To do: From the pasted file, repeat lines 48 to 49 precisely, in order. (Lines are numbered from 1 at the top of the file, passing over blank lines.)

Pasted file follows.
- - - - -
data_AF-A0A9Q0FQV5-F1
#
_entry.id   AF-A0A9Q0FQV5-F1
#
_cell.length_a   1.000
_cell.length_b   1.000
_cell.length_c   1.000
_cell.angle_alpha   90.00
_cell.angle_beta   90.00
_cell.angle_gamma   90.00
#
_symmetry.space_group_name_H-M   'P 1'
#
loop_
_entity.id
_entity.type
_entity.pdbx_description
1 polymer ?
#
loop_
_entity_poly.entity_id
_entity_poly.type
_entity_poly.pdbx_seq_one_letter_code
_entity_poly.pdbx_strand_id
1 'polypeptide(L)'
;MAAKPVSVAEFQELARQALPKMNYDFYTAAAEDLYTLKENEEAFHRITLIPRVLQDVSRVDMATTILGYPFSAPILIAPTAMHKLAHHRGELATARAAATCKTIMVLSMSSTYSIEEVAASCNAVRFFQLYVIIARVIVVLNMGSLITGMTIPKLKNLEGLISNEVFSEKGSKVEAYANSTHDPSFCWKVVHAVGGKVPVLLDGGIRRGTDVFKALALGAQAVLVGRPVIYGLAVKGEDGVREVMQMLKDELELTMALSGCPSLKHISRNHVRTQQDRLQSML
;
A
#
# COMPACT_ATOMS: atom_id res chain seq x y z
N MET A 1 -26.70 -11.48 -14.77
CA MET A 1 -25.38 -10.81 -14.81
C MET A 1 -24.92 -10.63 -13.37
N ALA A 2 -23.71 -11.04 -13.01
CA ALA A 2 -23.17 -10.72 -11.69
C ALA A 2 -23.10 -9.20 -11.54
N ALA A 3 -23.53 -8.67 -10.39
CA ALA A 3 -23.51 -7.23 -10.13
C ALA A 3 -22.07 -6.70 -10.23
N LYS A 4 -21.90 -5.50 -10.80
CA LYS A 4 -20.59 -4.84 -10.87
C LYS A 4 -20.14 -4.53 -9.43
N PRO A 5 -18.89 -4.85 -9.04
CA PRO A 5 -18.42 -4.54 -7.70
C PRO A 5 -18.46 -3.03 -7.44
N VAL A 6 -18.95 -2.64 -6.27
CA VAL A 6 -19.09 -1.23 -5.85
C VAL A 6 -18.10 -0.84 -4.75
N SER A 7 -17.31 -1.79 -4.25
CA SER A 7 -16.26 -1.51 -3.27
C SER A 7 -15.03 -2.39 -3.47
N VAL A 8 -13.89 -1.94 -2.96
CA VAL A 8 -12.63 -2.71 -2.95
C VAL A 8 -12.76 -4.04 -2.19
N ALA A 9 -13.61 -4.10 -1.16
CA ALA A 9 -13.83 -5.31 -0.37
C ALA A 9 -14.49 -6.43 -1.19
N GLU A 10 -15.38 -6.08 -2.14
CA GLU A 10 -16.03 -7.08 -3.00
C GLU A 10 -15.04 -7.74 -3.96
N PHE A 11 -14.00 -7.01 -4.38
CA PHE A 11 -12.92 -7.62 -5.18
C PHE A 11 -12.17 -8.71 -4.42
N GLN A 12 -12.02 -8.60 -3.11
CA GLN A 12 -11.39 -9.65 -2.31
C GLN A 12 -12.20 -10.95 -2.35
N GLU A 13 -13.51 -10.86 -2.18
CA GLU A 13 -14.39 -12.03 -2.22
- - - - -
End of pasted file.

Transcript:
C VAL A 6 -18.10 -0.84 -4.75
N SER A 7 -17.31 -1.79 -4.25